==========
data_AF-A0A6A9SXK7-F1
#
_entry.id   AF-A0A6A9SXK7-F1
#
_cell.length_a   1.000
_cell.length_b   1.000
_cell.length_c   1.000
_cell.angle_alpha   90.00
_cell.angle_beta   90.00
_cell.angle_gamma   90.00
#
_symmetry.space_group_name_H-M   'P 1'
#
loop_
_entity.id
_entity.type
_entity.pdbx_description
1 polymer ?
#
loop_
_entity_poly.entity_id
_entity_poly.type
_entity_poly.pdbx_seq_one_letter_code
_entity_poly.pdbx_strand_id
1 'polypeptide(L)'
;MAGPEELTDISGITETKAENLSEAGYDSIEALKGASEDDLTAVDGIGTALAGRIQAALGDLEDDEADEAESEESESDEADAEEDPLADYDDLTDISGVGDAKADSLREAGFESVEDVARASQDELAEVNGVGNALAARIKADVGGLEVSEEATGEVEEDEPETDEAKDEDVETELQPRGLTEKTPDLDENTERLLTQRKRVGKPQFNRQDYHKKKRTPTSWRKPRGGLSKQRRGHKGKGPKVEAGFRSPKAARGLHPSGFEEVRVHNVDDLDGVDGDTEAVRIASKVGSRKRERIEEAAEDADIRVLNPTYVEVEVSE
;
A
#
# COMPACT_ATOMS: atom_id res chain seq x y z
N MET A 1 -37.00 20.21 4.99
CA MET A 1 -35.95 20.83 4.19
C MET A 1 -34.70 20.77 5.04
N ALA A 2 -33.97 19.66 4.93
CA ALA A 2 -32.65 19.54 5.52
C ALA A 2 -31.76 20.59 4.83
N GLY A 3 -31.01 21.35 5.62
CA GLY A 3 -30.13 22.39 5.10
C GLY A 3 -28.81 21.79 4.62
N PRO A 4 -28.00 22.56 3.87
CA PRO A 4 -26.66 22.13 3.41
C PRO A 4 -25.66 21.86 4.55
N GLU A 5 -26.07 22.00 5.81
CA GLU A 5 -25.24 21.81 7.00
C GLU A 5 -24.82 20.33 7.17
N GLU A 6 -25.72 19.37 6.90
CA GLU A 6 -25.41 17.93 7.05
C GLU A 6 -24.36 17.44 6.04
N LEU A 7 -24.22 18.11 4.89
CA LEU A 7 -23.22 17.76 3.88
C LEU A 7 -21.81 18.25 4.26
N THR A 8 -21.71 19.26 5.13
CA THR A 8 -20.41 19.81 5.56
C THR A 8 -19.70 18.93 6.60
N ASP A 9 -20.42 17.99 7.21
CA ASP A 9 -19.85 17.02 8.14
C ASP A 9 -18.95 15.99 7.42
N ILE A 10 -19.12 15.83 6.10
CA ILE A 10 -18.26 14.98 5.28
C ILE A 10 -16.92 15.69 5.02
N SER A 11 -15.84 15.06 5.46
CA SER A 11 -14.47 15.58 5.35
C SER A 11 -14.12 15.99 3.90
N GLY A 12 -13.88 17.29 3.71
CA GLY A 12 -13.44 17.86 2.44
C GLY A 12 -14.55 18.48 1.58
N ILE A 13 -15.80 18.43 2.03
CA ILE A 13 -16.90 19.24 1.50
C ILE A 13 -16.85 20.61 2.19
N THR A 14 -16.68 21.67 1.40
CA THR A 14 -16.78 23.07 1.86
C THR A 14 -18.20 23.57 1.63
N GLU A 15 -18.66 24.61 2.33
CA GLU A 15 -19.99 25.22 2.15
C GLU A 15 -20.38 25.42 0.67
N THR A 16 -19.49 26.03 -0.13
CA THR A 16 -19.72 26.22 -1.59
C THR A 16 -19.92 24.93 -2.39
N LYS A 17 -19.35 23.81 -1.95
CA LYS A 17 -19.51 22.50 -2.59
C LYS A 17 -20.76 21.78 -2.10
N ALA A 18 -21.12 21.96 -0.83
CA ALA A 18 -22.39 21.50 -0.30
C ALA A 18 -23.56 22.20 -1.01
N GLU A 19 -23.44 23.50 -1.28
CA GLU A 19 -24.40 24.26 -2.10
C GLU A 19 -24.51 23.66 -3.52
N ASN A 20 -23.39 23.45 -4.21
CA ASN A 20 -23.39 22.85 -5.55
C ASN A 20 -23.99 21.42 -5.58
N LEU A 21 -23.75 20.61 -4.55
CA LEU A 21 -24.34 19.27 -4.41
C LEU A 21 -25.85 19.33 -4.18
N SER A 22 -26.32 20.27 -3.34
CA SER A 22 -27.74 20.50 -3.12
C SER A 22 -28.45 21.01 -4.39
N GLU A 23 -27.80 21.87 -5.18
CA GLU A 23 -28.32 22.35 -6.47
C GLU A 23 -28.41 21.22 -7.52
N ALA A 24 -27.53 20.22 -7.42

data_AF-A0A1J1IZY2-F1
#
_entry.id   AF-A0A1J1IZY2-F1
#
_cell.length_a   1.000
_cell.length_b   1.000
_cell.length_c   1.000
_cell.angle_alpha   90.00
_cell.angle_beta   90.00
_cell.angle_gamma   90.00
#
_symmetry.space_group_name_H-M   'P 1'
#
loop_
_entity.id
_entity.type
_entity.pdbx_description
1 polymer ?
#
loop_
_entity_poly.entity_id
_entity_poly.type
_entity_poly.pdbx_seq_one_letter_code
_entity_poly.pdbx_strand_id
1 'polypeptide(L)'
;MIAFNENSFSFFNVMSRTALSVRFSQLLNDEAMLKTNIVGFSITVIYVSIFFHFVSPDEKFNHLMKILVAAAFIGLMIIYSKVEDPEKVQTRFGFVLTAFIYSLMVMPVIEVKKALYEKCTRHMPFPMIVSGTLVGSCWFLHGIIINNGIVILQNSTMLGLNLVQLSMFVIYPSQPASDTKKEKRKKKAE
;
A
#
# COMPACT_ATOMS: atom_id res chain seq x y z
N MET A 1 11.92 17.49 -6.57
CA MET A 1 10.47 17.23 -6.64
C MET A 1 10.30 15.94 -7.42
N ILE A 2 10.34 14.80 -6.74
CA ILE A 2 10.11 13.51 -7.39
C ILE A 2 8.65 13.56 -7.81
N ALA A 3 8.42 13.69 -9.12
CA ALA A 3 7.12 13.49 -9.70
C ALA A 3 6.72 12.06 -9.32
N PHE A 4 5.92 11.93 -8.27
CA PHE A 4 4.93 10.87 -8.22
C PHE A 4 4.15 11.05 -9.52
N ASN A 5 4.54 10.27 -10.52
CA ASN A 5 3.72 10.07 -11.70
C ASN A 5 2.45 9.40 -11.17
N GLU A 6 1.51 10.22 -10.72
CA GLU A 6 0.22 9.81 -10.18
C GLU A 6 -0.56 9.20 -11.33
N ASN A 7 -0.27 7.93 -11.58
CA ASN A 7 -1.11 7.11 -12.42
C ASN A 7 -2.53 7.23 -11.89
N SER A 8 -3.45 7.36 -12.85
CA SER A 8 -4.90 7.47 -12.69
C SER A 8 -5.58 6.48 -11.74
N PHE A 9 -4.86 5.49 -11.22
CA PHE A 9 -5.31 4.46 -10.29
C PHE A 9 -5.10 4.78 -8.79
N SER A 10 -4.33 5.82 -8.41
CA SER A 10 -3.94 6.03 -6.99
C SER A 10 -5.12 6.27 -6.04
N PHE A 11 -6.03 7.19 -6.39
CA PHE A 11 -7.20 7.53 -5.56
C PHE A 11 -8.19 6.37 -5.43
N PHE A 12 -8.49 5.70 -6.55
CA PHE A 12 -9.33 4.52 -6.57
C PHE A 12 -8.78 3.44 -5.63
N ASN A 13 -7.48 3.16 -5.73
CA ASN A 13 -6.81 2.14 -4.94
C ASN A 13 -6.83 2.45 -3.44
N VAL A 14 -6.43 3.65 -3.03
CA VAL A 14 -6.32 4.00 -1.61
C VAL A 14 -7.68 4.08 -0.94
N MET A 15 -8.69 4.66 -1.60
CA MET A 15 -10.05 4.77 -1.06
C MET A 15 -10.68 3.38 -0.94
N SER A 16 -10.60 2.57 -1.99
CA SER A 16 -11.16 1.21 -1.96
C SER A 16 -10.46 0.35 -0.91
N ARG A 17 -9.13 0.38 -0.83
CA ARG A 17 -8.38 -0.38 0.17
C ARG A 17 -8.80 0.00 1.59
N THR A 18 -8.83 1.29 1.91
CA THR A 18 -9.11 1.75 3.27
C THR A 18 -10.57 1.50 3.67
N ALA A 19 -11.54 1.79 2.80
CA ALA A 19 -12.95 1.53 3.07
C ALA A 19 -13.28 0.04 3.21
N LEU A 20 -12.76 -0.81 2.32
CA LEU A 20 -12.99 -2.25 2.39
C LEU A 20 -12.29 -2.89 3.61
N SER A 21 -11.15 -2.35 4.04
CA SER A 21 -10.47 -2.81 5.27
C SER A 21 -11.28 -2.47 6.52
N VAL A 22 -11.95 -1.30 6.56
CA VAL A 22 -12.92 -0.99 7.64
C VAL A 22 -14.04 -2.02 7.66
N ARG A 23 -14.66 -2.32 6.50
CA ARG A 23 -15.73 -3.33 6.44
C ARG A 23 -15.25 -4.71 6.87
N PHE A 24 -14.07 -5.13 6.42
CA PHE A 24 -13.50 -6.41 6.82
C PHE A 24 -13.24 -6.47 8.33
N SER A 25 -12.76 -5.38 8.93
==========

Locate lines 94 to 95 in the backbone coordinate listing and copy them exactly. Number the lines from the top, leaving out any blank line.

N SER A 22 -26.32 20.27 -3.34
CA SER A 22 -27.74 20.50 -3.12